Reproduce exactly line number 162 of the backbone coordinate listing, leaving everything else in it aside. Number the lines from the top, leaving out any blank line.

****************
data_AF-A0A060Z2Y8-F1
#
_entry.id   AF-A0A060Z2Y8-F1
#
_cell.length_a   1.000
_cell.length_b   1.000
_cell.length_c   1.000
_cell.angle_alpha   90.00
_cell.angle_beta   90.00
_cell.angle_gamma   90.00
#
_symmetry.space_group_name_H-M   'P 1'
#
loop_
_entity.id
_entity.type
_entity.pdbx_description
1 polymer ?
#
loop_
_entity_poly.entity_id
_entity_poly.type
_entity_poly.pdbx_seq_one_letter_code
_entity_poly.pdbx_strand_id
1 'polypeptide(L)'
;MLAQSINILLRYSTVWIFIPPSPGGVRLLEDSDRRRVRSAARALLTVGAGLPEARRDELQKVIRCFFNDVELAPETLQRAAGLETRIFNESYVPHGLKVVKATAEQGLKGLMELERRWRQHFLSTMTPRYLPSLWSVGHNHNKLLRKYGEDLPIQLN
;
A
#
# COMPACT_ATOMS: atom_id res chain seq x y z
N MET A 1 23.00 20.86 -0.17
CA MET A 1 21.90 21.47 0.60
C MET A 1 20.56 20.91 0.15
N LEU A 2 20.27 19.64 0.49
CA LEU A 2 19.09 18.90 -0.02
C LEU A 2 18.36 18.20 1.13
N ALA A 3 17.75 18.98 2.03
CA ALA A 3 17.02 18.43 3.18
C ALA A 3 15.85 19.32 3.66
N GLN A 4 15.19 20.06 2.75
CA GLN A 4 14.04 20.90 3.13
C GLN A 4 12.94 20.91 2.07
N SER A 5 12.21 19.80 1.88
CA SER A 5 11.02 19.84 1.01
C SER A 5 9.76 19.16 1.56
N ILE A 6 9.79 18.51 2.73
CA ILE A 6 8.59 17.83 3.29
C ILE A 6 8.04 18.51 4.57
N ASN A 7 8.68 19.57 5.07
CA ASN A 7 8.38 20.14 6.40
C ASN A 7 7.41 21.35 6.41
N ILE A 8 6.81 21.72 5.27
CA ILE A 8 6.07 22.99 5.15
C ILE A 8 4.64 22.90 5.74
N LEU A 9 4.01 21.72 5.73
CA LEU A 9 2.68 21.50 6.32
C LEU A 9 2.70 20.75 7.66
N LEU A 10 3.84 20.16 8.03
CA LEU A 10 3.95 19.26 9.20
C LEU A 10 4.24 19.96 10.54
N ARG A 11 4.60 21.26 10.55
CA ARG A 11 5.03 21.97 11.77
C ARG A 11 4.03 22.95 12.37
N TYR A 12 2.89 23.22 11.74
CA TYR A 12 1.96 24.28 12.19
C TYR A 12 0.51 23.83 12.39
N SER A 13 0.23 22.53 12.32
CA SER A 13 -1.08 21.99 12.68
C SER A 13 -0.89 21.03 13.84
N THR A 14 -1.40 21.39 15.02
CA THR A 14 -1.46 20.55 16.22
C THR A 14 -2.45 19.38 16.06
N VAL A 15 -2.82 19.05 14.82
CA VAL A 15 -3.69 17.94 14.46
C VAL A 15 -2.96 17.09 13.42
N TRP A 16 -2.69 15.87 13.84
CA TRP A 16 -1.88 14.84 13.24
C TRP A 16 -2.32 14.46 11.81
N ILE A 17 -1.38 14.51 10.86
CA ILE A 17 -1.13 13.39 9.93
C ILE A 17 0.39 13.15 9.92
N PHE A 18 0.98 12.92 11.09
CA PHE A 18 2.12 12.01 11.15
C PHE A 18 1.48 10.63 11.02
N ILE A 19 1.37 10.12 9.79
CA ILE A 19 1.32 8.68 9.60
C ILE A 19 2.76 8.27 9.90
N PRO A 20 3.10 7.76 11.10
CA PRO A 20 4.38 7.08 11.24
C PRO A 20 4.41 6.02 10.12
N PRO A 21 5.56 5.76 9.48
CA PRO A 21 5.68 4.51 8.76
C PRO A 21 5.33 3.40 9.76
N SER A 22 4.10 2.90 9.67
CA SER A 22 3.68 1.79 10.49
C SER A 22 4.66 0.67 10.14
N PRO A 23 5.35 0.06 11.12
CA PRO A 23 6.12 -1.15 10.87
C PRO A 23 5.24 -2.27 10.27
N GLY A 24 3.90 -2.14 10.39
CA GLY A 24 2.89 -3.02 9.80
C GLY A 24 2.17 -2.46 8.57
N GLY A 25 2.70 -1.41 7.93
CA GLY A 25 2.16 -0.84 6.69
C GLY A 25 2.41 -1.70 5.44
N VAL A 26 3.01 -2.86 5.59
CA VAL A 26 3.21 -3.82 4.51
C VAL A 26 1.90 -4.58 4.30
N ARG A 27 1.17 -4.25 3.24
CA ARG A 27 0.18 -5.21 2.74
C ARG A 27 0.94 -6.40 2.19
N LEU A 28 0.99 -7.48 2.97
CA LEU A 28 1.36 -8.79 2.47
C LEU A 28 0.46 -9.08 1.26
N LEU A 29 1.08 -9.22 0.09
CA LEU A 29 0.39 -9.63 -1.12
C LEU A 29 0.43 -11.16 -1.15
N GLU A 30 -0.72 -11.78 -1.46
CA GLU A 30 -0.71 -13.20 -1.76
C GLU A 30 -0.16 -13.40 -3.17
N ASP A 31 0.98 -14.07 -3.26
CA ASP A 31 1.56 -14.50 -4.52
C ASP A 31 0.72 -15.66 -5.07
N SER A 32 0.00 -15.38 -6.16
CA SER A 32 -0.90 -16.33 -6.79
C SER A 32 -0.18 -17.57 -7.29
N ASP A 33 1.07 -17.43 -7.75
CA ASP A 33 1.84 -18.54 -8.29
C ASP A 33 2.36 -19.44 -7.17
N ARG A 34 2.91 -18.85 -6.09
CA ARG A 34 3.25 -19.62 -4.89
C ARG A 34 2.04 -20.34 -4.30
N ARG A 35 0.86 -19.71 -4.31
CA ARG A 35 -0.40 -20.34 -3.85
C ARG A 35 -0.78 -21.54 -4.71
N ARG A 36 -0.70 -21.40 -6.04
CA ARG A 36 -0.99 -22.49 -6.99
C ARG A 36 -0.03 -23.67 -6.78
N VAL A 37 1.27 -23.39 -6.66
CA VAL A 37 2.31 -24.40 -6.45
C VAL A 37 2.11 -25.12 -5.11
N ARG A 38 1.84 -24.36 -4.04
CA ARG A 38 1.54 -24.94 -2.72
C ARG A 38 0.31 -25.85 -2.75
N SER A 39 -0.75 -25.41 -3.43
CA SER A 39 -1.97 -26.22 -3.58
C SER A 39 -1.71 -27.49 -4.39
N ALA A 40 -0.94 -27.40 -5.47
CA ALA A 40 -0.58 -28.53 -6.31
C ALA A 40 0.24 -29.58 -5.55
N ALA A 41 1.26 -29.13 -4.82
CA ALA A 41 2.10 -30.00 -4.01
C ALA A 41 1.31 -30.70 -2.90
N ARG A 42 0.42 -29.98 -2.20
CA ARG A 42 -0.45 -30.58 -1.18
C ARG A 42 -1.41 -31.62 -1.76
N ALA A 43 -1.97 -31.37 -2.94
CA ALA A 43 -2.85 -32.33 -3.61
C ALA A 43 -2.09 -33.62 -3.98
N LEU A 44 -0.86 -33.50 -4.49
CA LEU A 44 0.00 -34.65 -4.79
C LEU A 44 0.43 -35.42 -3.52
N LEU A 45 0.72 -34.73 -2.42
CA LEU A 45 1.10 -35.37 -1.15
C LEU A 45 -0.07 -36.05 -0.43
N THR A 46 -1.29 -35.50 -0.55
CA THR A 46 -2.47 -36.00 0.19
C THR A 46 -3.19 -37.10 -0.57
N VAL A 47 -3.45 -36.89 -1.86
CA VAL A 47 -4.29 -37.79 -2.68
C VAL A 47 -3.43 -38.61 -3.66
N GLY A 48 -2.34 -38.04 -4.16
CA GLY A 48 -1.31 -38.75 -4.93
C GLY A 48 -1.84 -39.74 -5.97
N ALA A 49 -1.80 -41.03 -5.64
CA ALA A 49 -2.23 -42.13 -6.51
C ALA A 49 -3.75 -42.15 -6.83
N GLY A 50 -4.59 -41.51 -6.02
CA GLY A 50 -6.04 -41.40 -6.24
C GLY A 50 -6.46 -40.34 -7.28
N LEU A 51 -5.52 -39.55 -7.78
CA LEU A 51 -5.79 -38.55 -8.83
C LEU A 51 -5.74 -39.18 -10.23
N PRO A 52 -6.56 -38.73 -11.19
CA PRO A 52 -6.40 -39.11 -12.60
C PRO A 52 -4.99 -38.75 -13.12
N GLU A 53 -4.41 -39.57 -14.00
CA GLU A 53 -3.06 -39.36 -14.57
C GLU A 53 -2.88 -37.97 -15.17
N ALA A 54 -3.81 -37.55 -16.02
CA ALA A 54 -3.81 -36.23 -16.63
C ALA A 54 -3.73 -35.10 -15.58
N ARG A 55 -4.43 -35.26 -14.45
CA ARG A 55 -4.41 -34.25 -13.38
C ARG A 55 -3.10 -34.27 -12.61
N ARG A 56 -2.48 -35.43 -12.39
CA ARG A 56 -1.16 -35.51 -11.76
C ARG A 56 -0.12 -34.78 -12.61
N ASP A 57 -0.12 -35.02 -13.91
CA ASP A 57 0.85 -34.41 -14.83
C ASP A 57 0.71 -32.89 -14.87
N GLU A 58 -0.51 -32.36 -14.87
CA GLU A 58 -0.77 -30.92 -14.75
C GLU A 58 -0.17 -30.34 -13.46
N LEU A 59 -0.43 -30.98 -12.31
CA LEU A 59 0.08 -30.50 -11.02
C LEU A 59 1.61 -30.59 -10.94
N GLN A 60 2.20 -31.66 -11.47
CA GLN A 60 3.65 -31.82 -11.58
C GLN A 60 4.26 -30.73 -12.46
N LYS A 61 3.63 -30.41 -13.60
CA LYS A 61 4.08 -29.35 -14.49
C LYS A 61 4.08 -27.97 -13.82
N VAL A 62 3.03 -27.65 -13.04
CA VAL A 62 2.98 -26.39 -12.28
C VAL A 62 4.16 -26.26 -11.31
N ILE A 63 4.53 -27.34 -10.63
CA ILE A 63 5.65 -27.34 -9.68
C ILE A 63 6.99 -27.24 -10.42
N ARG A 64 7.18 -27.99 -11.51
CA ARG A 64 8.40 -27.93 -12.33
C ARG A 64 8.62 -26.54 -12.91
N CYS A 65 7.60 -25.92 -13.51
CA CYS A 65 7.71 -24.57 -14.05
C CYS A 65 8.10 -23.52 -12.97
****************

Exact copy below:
C LEU A 44 0.43 -35.42 -3.52